Many physicians believe it is more about the brain’s perception of the symptoms rather than an actual increase in intensity.
In general, during the day the brain is busy with managing all of the input it gets from the body. It is occupied with thinking and making decisions, directing the movement of the body, interpreting input from the eyes and ears, etc. The brain has to prioritized what signals to react to and, as such, it doesn’t concentrate on the background noise it senses from the neuropathy. At night, however, when quietly resting in bed with the lights out, there are many fewer signals coming into the brain. The brain notices the signals coming from the neuropathy and the neuropathy is perceived to be worse.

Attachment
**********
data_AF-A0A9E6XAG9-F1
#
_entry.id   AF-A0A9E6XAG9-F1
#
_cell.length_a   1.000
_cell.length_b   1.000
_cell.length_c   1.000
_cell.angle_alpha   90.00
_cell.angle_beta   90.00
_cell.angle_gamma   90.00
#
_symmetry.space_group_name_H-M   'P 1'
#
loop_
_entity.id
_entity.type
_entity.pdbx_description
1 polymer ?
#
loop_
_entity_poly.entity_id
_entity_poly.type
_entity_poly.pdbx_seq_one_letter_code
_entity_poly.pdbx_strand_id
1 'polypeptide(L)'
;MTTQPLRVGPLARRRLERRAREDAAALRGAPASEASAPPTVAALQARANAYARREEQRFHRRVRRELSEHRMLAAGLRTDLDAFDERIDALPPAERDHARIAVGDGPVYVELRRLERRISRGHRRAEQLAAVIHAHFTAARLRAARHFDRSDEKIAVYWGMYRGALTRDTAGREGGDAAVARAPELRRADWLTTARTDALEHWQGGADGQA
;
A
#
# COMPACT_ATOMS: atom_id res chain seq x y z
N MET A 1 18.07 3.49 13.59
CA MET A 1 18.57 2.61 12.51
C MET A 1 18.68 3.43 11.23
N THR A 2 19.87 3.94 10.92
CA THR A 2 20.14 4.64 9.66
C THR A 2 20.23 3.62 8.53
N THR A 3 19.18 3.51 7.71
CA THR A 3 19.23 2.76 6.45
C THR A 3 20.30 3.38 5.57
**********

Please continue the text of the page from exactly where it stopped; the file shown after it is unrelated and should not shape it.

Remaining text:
Additionally, depending on how much arthritis is in the low back, when some people lay flat the nerves from the spine that travel to the feet and legs may become compressed. This may cause an